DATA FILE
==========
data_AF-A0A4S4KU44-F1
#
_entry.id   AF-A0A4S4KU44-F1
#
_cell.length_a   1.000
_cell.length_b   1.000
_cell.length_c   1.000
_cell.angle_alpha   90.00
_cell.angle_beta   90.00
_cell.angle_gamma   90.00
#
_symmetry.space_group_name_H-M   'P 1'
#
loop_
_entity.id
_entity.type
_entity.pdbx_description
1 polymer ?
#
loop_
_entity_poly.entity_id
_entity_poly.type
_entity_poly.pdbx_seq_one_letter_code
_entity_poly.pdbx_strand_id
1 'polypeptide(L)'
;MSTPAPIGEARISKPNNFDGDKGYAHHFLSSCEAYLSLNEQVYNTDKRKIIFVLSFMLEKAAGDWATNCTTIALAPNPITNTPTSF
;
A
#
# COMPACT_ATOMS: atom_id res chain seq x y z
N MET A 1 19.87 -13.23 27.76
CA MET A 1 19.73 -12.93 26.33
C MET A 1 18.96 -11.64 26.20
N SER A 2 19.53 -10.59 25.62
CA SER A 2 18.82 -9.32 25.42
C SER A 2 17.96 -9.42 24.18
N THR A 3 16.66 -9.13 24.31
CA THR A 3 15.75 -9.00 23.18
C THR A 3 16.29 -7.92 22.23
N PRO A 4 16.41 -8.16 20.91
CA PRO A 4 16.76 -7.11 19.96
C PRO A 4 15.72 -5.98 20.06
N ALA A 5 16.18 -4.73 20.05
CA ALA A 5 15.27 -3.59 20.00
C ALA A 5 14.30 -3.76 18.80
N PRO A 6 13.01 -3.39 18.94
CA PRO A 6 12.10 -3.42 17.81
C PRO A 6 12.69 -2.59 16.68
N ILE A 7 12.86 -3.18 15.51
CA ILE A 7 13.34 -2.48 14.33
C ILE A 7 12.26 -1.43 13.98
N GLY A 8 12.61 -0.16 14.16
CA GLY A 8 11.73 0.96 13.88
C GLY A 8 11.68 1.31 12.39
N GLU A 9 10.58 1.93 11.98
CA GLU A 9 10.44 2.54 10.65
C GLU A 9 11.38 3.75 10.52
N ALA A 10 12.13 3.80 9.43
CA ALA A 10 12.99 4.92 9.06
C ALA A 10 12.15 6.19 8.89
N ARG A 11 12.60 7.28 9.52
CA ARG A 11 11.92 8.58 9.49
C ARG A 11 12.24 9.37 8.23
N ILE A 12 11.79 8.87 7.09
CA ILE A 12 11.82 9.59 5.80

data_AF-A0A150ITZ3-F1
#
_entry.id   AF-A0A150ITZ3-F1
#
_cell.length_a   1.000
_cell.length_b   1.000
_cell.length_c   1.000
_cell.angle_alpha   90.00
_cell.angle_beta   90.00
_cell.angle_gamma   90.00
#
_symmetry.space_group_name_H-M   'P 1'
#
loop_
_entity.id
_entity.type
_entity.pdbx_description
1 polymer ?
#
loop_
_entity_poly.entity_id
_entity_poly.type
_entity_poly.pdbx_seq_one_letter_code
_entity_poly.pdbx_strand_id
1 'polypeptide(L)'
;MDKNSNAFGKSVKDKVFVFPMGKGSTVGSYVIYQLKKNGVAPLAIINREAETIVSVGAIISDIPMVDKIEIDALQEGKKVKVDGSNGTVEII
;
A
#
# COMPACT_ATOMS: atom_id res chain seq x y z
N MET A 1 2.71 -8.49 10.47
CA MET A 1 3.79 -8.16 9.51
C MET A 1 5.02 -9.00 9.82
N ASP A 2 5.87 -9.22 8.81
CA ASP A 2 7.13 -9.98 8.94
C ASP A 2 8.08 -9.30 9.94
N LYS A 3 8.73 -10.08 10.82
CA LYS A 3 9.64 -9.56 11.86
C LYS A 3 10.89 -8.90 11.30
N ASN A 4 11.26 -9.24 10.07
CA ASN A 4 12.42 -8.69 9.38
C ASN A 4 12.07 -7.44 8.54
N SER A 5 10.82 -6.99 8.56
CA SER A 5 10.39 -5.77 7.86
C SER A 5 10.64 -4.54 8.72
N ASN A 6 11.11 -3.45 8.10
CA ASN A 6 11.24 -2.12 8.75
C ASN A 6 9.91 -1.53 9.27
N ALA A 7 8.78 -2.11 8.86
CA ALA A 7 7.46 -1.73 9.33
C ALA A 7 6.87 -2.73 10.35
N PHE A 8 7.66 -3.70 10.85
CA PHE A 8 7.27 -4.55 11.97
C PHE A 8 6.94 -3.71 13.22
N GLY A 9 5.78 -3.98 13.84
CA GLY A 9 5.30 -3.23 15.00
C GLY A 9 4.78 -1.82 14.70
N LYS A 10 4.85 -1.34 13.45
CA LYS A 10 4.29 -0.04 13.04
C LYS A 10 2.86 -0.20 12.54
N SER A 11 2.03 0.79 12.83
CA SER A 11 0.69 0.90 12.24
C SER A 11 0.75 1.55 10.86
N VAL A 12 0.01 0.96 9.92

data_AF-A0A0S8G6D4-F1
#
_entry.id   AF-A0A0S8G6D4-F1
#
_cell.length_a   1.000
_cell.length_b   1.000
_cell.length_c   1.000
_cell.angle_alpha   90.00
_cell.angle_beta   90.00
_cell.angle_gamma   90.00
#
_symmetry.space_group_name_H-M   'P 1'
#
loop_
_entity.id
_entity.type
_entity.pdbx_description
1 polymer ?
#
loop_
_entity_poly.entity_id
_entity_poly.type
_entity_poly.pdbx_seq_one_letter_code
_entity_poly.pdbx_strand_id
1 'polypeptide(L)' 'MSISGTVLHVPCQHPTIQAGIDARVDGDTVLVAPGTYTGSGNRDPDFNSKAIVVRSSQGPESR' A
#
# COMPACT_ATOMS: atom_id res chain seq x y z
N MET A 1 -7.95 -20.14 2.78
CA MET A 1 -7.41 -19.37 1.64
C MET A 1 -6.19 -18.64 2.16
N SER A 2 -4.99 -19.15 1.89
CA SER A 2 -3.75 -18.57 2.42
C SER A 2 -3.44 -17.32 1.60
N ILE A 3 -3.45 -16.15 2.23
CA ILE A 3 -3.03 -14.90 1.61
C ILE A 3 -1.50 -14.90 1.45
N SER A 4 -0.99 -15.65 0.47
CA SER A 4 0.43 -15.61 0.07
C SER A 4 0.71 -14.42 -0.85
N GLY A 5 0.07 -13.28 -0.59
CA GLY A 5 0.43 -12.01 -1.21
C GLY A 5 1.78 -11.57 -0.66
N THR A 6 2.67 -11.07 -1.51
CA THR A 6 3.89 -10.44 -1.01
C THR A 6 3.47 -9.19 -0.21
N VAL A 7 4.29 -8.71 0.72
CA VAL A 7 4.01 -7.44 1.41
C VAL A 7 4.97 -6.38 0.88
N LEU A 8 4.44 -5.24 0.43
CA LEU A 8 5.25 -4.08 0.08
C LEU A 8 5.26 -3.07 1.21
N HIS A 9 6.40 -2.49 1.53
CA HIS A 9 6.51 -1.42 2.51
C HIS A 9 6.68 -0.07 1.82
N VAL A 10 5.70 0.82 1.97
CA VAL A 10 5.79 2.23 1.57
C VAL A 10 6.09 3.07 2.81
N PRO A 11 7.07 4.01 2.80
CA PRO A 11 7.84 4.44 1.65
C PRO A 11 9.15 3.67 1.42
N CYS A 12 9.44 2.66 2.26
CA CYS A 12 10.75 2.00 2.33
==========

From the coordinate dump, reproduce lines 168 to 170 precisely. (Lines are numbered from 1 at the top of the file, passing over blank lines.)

C SER A 4 0.71 -14.42 -0.85
N GLY A 5 0.07 -13.28 -0.59
CA GLY A 5 0.43 -12.01 -1.21